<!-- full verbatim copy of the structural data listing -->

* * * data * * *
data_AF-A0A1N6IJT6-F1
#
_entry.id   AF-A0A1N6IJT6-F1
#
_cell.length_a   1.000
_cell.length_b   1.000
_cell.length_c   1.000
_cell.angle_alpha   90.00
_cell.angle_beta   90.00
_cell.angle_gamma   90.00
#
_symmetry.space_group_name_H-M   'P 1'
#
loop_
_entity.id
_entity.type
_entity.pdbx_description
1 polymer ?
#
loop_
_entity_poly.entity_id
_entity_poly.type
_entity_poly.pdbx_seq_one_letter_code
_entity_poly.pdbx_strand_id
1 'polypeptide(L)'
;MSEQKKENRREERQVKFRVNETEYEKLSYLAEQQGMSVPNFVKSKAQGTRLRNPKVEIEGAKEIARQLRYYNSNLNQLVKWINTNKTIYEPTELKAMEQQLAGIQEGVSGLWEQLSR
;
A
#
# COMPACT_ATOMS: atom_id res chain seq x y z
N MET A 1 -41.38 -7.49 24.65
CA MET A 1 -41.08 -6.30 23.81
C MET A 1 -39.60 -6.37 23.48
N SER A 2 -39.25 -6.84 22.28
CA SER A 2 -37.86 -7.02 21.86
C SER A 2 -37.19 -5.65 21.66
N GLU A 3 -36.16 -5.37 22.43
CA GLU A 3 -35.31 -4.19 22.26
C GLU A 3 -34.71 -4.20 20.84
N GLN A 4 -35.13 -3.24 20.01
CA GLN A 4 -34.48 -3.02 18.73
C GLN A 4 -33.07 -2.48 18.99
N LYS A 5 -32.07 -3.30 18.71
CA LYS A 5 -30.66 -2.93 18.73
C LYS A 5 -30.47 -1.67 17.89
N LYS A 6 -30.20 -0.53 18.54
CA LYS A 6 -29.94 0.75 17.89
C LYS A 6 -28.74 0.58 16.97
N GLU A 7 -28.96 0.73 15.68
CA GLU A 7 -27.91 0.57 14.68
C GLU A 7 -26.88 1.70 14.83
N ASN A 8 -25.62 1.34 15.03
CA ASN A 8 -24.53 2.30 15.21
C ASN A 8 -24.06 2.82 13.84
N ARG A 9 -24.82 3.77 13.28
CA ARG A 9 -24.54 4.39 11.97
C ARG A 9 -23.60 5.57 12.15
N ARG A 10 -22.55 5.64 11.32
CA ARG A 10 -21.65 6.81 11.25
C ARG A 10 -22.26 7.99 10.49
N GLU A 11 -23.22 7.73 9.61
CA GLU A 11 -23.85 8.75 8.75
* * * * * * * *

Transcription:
data_AF-A0A1N6IJT6-F1
#
_entry.id   AF-A0A1N6IJT6-F1
#
_cell.length_a   1.000
_cell.length_b   1.000
_cell.length_c   1.000
_cell.angle_alpha   90.00
_cell.angle_beta   90.00
_cell.angle_gamma   90.00
#
_symmetry.space_group_name_H-M   'P 1'
#
loop_
_entity.id
_entity.type
_entity.pdbx_description
1 polymer ?
#
loop_
_entity_poly.entity_id
_entity_poly.type
_entity_poly.pdbx_seq_one_letter_code
_entity_poly.pdbx_strand_id
1 'polypeptide(L)'
;MSEQKKENRREERQVKFRVNETEYEKLSYLAEQQGMSVPNFVKSKAQGTRLRNPKVEIEGAKEIARQLRYYNSNLNQLVKWINTNKTIYEPTELKAMEQQLAGIQEGVSGLWEQLSR
;
A
#
# COMPACT_ATOMS: atom_id res chain seq x y z
N MET A 1 -41.38 -7.49 24.65
CA MET A 1 -41.08 -6.30 23.81
C MET A 1 -39.60 -6.37 23.48
N SER A 2 -39.25 -6.84 22.28
CA SER A 2 -37.86 -7.02 21.86
C SER A 2 -37.19 -5.65 21.66
N GLU A 3 -36.16 -5.37 22.43
CA GLU A 3 -35.31 -4.19 22.26
C GLU A 3 -34.71 -4.20 20.84
N GLN A 4 -35.13 -3.24 20.01
CA GLN A 4 -34.48 -3.02 18.73
C GLN A 4 -33.07 -2.48 18.99
N LYS A 5 -32.07 -3.30 18.71
CA LYS A 5 -30.66 -2.93 18.73
C LYS A 5 -30.47 -1.67 17.89
N LYS A 6 -30.20 -0.53 18.54
CA LYS A 6 -29.94 0.75 17.89
C LYS A 6 -28.74 0.58 16.97
N GLU A 7 -28.96 0.73 15.68
CA GLU A 7 -27.91 0.57 14.68
C GLU A 7 -26.88 1.70 14.83
N ASN A 8 -25.62 1.34 15.03
CA ASN A 8 -24.53 2.30 15.21
C ASN A 8 -24.06 2.82 13.84
N ARG A 9 -24.82 3.77 13.28
CA ARG A 9 -24.54 4.39 11.97
C ARG A 9 -23.60 5.57 12.15
N ARG A 10 -22.55 5.64 11.32
CA ARG A 10 -21.65 6.81 11.25
C ARG A 10 -22.26 7.99 10.49
N GLU A 11 -23.22 7.73 9.61
CA GLU A 11 -23.85 8.75 8.75